The user needs and issues, mentioned in Table 1, are discussed in greater detail below:

    Need 1: Overcome User Feelings of Isolation

    The anonymity of Web-based interventions seems to play out both as a strength and weakness. Users feel encouraged to speak out but sometimes also feel isolated because of its anonymous nature. As formulated by McClay [31], “The findings showed that the desire for privacy and secrecy had a detrimental impact on participants’ help-seeking, their use of the intervention, and the support they could seek from family and friends” and, as expressed by Foster [41], “the difficulties of talking to others.”

    Both task-related and emotion-related system support could potentially counteract feelings of isolation.

    Need 2: Deeper Interest in the User’s Situation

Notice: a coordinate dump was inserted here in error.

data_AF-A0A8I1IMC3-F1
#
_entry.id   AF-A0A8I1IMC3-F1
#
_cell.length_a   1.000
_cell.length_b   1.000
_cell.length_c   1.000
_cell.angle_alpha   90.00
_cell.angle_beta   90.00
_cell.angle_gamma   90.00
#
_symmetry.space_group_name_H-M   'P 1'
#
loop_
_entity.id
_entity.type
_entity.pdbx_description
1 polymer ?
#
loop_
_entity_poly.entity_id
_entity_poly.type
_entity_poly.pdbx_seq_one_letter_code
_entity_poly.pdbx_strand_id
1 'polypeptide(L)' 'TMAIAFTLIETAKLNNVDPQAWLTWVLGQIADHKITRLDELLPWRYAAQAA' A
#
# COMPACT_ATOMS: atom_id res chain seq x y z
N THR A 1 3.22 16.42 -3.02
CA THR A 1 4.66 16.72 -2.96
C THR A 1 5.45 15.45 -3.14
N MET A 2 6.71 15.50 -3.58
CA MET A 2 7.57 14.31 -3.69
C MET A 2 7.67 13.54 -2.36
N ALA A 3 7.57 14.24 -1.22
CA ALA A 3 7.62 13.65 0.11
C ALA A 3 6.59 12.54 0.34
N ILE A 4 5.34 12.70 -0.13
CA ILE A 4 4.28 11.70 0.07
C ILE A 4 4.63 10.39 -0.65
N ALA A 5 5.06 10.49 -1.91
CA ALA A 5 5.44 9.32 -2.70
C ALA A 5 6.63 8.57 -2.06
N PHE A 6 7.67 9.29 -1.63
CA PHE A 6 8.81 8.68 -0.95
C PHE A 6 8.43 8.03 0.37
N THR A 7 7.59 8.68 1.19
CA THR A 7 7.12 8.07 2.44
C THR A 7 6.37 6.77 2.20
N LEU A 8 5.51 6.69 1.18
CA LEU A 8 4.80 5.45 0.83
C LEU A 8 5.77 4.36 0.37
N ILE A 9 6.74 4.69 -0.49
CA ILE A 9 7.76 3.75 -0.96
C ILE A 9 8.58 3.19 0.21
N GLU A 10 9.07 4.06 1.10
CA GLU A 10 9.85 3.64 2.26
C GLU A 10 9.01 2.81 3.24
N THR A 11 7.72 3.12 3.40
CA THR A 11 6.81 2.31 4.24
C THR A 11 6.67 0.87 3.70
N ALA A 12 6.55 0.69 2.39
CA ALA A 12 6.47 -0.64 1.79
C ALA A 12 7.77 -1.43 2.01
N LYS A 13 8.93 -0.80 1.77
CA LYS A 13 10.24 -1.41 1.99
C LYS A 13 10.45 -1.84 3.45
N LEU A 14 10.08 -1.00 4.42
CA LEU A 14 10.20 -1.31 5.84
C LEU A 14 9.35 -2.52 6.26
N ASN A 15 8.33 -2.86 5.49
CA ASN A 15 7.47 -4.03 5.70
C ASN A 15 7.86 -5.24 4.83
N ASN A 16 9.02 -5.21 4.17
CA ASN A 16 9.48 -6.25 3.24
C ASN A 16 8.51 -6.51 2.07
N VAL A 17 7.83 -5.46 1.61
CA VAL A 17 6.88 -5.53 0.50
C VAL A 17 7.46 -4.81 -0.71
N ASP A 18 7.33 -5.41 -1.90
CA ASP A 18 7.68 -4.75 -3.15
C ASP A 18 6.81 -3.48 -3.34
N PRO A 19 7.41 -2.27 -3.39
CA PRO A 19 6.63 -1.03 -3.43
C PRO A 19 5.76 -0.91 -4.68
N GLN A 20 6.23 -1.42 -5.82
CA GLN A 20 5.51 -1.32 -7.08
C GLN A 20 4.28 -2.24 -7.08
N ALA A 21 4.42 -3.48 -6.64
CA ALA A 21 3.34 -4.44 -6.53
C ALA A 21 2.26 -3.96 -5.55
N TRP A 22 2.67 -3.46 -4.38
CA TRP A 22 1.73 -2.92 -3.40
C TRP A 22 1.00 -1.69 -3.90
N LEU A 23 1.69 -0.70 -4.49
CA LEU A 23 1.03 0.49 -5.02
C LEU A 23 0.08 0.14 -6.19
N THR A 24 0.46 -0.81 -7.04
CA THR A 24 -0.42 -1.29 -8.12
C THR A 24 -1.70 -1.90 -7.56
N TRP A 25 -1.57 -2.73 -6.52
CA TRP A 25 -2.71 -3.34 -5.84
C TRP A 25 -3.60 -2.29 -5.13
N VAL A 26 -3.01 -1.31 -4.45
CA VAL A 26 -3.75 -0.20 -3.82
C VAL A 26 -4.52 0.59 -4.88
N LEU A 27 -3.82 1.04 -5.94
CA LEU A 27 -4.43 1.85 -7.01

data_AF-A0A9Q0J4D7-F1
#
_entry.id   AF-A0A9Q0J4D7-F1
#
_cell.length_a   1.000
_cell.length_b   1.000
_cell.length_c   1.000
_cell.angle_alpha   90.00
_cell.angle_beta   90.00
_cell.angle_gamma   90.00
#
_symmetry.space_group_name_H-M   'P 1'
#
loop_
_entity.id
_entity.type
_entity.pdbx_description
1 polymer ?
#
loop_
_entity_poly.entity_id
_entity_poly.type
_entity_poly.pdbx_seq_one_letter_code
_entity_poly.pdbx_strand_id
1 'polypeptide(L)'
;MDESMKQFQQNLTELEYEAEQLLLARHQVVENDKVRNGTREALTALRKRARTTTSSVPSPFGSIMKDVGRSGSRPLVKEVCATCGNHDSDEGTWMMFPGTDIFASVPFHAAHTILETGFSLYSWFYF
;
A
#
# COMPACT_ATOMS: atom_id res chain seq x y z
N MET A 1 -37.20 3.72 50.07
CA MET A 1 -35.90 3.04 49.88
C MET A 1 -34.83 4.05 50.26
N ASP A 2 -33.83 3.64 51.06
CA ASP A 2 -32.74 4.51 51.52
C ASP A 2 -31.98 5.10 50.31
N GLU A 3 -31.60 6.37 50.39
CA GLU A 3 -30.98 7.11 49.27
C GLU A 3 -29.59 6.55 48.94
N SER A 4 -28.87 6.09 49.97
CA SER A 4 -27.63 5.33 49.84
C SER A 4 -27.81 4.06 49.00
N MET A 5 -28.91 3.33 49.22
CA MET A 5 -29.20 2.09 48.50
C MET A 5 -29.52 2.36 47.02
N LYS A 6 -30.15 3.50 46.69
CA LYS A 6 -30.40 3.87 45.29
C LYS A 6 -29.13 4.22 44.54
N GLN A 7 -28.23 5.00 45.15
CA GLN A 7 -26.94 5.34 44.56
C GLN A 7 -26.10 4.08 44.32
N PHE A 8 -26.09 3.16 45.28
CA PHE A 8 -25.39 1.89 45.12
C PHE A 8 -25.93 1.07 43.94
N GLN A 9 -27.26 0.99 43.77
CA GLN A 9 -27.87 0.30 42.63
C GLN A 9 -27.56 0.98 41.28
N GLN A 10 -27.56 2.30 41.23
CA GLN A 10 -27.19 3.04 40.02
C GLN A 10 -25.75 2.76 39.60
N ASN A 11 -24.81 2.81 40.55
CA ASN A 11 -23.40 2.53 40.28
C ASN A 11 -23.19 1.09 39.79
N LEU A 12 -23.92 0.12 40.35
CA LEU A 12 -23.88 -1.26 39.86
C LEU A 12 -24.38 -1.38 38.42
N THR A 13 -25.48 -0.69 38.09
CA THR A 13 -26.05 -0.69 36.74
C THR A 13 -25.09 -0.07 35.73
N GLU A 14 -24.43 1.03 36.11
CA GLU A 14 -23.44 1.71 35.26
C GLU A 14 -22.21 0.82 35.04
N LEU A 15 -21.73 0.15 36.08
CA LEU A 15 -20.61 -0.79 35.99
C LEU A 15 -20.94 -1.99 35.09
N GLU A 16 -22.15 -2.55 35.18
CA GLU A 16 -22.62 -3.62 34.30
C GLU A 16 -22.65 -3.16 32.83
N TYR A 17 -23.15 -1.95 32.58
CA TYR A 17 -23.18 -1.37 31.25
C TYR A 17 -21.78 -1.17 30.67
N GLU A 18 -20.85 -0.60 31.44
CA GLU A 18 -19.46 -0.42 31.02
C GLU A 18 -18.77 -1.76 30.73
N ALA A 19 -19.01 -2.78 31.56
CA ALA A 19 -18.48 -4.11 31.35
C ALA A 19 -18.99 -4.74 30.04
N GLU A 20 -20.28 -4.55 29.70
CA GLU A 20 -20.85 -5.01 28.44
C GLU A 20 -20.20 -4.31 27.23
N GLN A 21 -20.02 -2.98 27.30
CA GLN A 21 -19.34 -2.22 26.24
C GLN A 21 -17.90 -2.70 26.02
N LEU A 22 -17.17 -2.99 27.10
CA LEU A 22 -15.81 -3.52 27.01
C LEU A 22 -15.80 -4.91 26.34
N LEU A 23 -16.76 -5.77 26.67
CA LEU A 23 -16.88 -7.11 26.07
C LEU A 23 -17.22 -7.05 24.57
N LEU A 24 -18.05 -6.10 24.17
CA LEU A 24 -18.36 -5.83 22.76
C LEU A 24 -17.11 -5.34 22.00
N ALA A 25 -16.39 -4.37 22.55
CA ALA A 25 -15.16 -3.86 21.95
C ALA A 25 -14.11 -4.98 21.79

Users seem to expect (and probably need) a deeper interest in their situation. Knowles et al [28] concluded the following as a shortcoming found in 7 out of 8 studies: “sensitivity to ‘Who I am’ as a patient.” Todd [32] described this as “that would deal with how to live your life as somebody who suffers from Bipolar.”

    This is a case for emotion-related system support.

    Table 1. User needs and issues and common user support mechanisms that can potentially fulfill these needs.
    View this table
    Need 3: Interest in Practical Daily Issues the User Is Struggling With

    Users seem to wish for a form of deeper interest in their practical daily issues. This need is described by Knowles et al [28] as “sensitivity to ‘How I Feel’, recognizing the demands of depression on the user (such as emotional and motivational difficulties, and problems with concentration),” and reported on by Todd [32], “In terms of practical issues participants described wanting support understanding their legal rights, managing debt, managing pregnancy and coping with seasons and time zones.”